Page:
“Hope is a weapon. Survival is victory.”
White knuckled, heart racing and teeth clenched, this movie engulfed me entirely, and I was only ten minutes into it.
For those who need to brush up on their history, the miracle at Dunkirk is simple: When 400,000 men couldn’t get home, home came for them.
The evacuation occured during the Battle of France in WWII when Germany cut off and surrounded a vast number of British, French, Belgian and Canadian soldiers. The evacuation took eight days, with a total of 338,226 soldiers being rescued by a fleet of 800 boats, including 39 British destroyers.
But, before you go into this movie with preconceived notions, I’ve laid out some points to consider that are worth knowing pre-viewing.
In Nolan We Trust
Despite my reservations upon watching the initial trailer for Dunkirk (I didn’t think the trailers looked very good at all), I realized this movie would be in good hands with visionary director Christopher Nolan. As his 10th film to date, Dunkirk proved to be his most personal piece to tackle on screen.
Nolan brought back the best of the best to work on this film with him including composer Hans Zimmer who composed the original score (he also worked with Nolan on Inception and the Dark Knight trilogy). The score and sound mixing are the most harrowing aspects of the film; you’ll feel transported into the battle.
Cinematographer Hoyte von Hoytema also returns previously working with Nolan on the beautifully brilliant Interstaller, and editor Lee Smith, who has cut together every Nolan film since Batman Begins in 2005 also returned.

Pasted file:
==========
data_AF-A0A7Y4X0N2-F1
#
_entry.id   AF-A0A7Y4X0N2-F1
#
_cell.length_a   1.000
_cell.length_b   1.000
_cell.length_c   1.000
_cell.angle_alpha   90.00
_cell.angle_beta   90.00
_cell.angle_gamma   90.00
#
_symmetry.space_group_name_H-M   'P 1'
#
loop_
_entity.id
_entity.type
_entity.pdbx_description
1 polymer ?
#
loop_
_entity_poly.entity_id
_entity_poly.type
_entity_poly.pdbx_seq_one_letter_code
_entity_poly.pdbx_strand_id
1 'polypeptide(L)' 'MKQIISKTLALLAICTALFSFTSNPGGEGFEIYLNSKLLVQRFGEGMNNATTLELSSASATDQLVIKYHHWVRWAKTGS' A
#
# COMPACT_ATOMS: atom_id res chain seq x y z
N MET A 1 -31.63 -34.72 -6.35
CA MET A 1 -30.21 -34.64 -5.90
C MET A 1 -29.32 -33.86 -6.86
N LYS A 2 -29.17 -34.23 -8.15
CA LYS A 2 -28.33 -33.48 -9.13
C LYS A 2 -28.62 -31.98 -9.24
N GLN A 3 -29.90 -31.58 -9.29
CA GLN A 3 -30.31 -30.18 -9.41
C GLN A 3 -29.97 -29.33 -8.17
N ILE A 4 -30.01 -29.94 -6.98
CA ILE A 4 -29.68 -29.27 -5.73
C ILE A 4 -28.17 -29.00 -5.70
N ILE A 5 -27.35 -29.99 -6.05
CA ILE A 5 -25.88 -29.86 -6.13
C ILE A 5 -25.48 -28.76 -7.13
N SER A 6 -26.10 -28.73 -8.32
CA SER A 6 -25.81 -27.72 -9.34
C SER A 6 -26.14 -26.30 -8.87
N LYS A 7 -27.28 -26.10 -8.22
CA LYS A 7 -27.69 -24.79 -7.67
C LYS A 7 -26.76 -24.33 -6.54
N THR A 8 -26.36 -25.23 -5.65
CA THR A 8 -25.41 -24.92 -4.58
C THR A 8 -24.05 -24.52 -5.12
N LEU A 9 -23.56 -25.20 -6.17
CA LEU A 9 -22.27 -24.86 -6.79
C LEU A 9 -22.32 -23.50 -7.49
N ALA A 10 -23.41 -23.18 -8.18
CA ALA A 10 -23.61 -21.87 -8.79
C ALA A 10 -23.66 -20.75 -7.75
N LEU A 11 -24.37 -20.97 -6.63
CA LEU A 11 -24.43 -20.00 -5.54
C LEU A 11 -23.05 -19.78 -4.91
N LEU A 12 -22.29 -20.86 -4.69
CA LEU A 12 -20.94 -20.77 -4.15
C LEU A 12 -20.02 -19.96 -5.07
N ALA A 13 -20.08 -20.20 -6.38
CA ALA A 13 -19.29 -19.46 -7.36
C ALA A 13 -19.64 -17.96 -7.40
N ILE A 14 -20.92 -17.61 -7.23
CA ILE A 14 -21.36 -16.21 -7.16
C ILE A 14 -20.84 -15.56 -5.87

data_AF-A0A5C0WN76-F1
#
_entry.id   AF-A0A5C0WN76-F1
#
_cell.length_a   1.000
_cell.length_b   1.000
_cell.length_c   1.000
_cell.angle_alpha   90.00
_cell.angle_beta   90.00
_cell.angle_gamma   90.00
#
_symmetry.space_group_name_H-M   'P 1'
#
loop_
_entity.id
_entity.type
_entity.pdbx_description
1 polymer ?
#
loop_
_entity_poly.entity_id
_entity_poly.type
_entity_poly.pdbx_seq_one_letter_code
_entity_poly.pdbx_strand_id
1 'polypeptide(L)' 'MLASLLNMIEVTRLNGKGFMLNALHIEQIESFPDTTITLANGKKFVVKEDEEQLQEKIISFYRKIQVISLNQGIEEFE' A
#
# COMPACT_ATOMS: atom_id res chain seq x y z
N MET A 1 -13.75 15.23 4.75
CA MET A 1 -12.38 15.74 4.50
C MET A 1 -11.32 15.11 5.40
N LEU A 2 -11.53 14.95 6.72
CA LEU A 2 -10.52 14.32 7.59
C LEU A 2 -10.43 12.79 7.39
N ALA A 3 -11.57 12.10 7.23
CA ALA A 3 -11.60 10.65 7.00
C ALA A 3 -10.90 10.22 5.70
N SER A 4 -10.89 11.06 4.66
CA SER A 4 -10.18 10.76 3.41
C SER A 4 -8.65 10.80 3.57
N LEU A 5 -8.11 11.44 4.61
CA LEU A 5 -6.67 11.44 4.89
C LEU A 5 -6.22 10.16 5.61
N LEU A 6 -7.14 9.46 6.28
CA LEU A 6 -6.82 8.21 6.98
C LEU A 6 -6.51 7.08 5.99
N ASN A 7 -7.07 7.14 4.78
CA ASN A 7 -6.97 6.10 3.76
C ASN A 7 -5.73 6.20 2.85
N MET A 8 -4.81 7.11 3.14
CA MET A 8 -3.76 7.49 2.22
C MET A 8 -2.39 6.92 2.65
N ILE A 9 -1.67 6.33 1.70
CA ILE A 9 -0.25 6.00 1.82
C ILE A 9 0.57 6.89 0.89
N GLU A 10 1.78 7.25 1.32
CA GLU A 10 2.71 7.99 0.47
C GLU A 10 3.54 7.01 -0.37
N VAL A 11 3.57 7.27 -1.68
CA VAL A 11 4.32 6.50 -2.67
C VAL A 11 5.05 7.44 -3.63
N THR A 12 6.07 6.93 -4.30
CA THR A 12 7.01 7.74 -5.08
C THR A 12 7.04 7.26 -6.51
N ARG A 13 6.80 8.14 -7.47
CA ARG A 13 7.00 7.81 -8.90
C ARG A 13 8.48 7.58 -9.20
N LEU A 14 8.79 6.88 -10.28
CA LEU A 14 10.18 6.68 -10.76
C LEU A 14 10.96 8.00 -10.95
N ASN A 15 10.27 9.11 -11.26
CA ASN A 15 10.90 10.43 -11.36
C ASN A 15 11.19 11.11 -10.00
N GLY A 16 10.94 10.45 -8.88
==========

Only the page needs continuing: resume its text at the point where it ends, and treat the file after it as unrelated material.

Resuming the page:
Nolan + his all-star behind-the-scenes team is beyond proof to trust in this movie.
It’s Not a Typical War Movie
After I saw Dunkirk opening night, I received typical war-related questions about the film: Is it completely bloody and gorey, is it another masterpiece like Saving Private Ryan? While I completely applaud the film, it’s not what you’d expect. And that’s a good thing. It’s not entirely a war movie, but moreso a story about survival. Imagine Saving Private Ryan without the personal subplots and meaty dialogue, and you’ll be a little more on track with Dunkirk. The film even has a shocking PG-13 rating for “some language” and “intense war experience.” When I realized the movie’s rating wasn’t R, I had immediate reservations.
“All of my big blockbuster films have been PG-13. It’s a rating I feel comfortable working with totally. ‘Dunkirk’ is not a war film. It’s a survival story and first and foremost a suspense film. So while there is a high level of intensity to it, it does not necessarily concern itself with the bloody aspects of combat, which have been so well done in so many films. We were really trying to take a different approach and achieve intensity in a different way. I would really like lots of different types of people to get something out of the experience.” Christopher Nolan via IndieWire
Nolan’s Non-Linear Storytelling
The film is told from three points of view: The air (planes), the land (on the beach) and the sea (the evacuation by the navy). Nolan opted for a non-linear form of storytelling, which sat well with me, but not all viewers.